Internet of Things Could Communicate Using Vodka

Lyrics to ‘O Canada’ sent using alphabet encoded in evaporated alcohol molecules.

A team of British and Canadian researchers has developed a system to transmit text messages chemically using molecules of vodka or a range of other chemicals.

Nearly all digital communications systems send messages in binary format using electrical or electromagnetic signals, which are efficient in the open air but are difficult or impossible to use underwater, underground, in tunnels or pipes, or within the human body, according to Nariman Farsad, a Ph.D. candidate in electrical engineering and computer science at York University in Toronto, Ontario.

Chemical signaling similar to those used by many plants and animals – including the pheromone-based messaging systems used by bees – function in those problematic environments far more efficiently than electrical signals.

Within the human body, for example, it might be more effective for a pacemaker and other implants to communicate with each other using chemical signals rather than radio, according to Farsad, who specializes in signals processing and molecular communication, and led the team whose work is described in “Tabletop Molecular Communication: Text Messages Through Chemical Signals,” which was published in the open-source research site PLOS One Dec. 18.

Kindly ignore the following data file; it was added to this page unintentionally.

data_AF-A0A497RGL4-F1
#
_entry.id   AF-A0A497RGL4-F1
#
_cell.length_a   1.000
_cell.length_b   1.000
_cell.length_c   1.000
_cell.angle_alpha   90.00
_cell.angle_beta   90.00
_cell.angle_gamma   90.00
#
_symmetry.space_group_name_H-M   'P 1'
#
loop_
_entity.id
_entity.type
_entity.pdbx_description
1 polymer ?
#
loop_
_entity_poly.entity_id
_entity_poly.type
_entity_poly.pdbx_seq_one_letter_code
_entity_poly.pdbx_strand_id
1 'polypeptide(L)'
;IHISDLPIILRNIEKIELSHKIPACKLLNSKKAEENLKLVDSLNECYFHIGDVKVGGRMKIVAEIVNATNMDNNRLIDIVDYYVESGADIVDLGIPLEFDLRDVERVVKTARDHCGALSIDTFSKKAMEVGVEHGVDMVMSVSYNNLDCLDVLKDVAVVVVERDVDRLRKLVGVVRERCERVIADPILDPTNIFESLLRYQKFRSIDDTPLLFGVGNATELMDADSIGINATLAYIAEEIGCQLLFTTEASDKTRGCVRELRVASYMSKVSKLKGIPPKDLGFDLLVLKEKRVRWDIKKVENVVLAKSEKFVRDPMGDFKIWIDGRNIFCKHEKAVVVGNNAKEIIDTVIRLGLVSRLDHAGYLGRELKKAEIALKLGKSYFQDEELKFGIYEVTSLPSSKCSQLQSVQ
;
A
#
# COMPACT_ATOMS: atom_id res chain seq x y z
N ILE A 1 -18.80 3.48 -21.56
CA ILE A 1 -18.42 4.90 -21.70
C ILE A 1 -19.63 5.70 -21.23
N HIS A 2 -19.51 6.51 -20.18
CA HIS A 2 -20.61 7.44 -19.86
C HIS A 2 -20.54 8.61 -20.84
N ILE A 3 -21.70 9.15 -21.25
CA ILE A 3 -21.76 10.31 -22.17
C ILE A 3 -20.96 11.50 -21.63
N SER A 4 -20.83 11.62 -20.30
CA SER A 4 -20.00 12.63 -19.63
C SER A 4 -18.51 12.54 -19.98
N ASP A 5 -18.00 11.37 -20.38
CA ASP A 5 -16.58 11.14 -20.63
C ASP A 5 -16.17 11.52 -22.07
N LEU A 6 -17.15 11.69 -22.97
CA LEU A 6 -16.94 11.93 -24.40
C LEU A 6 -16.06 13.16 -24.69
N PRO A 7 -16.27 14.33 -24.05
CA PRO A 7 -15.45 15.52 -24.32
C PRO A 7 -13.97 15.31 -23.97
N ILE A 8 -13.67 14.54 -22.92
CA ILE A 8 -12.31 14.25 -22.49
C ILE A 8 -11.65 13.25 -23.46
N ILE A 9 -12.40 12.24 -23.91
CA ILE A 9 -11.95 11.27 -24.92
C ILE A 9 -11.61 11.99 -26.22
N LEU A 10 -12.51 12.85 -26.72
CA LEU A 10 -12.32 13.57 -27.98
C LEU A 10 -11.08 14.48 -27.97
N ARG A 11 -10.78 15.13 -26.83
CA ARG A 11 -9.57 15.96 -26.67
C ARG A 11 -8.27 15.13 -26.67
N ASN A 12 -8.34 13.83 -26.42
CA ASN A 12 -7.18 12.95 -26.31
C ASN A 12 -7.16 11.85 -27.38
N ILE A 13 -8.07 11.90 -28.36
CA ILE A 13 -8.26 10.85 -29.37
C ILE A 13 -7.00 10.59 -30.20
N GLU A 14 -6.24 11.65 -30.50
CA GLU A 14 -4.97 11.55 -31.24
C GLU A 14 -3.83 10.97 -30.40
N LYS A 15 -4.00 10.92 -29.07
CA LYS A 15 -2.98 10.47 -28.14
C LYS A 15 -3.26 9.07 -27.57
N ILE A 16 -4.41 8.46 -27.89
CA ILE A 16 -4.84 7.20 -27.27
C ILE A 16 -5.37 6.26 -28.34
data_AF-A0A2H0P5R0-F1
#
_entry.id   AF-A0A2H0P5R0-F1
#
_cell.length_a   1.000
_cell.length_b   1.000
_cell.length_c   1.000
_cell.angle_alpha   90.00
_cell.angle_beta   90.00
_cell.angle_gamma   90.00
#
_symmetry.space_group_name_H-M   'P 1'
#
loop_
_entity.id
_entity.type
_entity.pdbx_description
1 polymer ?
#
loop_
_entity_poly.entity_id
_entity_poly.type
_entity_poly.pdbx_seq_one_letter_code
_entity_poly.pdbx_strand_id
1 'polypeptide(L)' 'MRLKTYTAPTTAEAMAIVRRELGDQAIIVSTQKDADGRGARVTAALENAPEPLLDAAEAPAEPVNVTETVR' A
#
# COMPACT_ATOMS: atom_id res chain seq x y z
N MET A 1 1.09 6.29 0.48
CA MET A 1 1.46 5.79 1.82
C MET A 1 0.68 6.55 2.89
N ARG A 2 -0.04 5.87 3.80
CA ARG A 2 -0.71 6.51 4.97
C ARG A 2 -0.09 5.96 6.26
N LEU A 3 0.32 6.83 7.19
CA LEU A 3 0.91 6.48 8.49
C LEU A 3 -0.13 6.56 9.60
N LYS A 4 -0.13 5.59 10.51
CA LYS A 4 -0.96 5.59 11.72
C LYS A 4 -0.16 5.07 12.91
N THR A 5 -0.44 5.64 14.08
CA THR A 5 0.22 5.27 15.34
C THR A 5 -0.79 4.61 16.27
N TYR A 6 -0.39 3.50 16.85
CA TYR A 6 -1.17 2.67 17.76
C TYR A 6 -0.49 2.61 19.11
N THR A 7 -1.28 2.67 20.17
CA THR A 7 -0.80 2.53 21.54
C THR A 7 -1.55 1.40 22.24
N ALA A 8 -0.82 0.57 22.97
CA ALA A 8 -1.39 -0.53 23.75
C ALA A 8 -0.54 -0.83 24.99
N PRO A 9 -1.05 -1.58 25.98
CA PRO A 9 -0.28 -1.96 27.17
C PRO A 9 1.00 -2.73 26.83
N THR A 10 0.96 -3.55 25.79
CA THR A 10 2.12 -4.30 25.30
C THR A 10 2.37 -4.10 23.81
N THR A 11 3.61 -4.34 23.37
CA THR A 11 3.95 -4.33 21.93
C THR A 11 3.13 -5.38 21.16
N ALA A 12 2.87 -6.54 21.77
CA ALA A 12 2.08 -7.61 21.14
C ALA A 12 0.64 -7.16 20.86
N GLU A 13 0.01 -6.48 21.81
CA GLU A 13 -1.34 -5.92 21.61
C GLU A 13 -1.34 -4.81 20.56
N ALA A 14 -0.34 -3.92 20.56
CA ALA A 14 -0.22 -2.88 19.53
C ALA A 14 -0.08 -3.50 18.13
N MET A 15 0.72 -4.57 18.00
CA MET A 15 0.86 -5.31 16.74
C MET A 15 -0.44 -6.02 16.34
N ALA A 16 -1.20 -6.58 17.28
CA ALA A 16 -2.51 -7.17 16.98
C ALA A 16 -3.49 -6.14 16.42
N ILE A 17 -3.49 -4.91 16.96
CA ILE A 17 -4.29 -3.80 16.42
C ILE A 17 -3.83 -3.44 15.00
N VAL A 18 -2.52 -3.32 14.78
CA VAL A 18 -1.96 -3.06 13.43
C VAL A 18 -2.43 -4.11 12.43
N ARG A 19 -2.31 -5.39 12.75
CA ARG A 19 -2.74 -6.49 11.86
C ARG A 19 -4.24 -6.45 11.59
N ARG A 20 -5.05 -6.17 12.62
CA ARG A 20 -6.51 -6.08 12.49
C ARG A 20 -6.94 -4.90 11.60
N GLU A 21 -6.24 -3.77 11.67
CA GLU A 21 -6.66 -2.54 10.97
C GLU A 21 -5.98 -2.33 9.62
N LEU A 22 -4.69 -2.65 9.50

The team demonstrated the technique by sending the full text of the vodka-encoded lyrics to “O Canada” across several meters of open space between specialized sender/receivers built using about $100 worth of parts, according to a statement announcing the experiment.

It’s not the first time humans have sent messages using techniques similar to the pheromone-based communication system of bees or other animals, but it is a breakthrough in sending those long, continuous streams of data over long distances using molecular communications, according to Weisi Guo, assistant professor of engineering at Warwick University in Coventry, England.

“Imagine sending a detailed message using perfume – it sounds like something from a spy thriller novel, but in reality it is an incredibly simple way to communicate,” Guo said.

Chemical messaging wouldn’t be a good choice to replace electromagnetic signals except in pipelines, sewers, underground or other unfriendly environments in which communication is difficult but sensors monitoring the safety of those structures would be useful.

Members of the team discuss their results in a video posted here.

Full text of the paper is available as a PDF here.

Chemical-signaling sensors in sewage works or oil rigs “could prevent future disasters such as the bus-sized fatberg found blocking the London sewage networks in 2013, and the Deepwater Horizon oil spill in 2010,” Guo said. “They can also be used to communicate on the nano scale, for example in medicine where recent advances mean it’s possible to embed sensors into the organs of the body or create miniature robots to carry out a specific task such as targeting drugs to cancer cells.”

The team plans to set up a company to market its technique and hardware designs to academic researchers and for a variety of industrial products.

 

Image: PLOS One/Farsad

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